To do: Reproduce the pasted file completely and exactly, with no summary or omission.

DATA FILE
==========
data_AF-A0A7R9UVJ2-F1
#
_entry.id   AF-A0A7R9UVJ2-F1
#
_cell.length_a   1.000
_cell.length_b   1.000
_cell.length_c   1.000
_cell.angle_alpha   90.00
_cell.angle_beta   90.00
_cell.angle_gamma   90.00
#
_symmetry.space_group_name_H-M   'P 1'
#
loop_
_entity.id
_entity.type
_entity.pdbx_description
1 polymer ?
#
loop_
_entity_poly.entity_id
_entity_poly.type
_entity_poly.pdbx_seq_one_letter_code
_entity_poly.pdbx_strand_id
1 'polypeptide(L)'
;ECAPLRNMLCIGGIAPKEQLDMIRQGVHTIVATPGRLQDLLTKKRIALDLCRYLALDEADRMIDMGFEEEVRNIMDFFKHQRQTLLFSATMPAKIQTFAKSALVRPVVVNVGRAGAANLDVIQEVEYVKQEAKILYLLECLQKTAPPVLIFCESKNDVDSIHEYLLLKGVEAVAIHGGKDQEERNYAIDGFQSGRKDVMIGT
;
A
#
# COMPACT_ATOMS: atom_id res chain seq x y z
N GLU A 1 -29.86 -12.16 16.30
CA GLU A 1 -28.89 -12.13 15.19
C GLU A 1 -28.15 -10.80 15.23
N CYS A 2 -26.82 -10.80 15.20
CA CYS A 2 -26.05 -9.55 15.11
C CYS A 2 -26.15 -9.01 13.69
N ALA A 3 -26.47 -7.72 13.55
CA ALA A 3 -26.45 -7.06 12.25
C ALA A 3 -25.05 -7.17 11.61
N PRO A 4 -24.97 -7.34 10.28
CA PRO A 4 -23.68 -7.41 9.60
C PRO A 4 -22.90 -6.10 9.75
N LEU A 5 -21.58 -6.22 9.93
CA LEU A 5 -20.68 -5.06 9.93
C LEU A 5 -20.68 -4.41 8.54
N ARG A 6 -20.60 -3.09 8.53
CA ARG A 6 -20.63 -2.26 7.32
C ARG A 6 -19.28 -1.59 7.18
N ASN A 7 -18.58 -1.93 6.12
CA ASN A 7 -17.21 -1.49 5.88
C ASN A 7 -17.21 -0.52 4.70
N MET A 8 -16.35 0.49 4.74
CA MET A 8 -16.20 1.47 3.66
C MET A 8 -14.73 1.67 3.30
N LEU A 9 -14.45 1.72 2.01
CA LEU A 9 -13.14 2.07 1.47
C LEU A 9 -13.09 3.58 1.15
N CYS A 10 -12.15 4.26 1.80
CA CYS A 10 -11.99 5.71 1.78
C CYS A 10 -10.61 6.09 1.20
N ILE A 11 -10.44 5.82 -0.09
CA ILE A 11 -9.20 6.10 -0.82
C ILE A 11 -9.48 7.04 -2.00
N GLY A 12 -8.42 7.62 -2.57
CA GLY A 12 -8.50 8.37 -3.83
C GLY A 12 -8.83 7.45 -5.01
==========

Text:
data_AF-A0A7R9UVJ2-F1
#
_entry.id   AF-A0A7R9UVJ2-F1
#
_cell.length_a   1.000
_cell.length_b   1.000
_cell.length_c   1.000
_cell.angle_alpha   90.00
_cell.angle_beta   90.00
_cell.angle_gamma   90.00
#
_symmetry.space_group_name_H-M   'P 1'
#
loop_
_entity.id
_entity.type
_entity.pdbx_description
1 polymer ?
#
loop_
_entity_poly.entity_id
_entity_poly.type
_entity_poly.pdbx_seq_one_letter_code
_entity_poly.pdbx_strand_id
1 'polypeptide(L)'
;ECAPLRNMLCIGGIAPKEQLDMIRQGVHTIVATPGRLQDLLTKKRIALDLCRYLALDEADRMIDMGFEEEVRNIMDFFKHQRQTLLFSATMPAKIQTFAKSALVRPVVVNVGRAGAANLDVIQEVEYVKQEAKILYLLECLQKTAPPVLIFCESKNDVDSIHEYLLLKGVEAVAIHGGKDQEERNYAIDGFQSGRKDVMIGT
;
A
#
# COMPACT_ATOMS: atom_id res chain seq x y z
N GLU A 1 -29.86 -12.16 16.30
CA GLU A 1 -28.89 -12.13 15.19
C GLU A 1 -28.15 -10.80 15.23
N CYS A 2 -26.82 -10.80 15.20
CA CYS A 2 -26.05 -9.55 15.11
C CYS A 2 -26.15 -9.01 13.69
N ALA A 3 -26.47 -7.72 13.55
CA ALA A 3 -26.45 -7.06 12.25
C ALA A 3 -25.05 -7.17 11.61
N PRO A 4 -24.97 -7.34 10.28
CA PRO A 4 -23.68 -7.41 9.60
C PRO A 4 -22.90 -6.10 9.75
N LEU A 5 -21.58 -6.22 9.93
CA LEU A 5 -20.68 -5.06 9.93
C LEU A 5 -20.68 -4.41 8.54
N ARG A 6 -20.60 -3.09 8.53
CA ARG A 6 -20.63 -2.26 7.32
C ARG A 6 -19.28 -1.59 7.18
N ASN A 7 -18.58 -1.93 6.12
CA ASN A 7 -17.21 -1.49 5.88
C ASN A 7 -17.21 -0.52 4.70
N MET A 8 -16.35 0.49 4.74
CA MET A 8 -16.20 1.47 3.66
C MET A 8 -14.73 1.67 3.30
N LEU A 9 -14.45 1.72 2.01
CA LEU A 9 -13.14 2.07 1.47
C LEU A 9 -13.09 3.58 1.15
N CYS A 10 -12.15 4.26 1.80
CA CYS A 10 -11.99 5.71 1.78
C CYS A 10 -10.61 6.09 1.20
N ILE A 11 -10.44 5.82 -0.09
CA ILE A 11 -9.20 6.10 -0.82
C ILE A 11 -9.48 7.04 -2.00
N GLY A 12 -8.42 7.62 -2.57
CA GLY A 12 -8.50 8.37 -3.83
C GLY A 12 -8.83 7.45 -5.01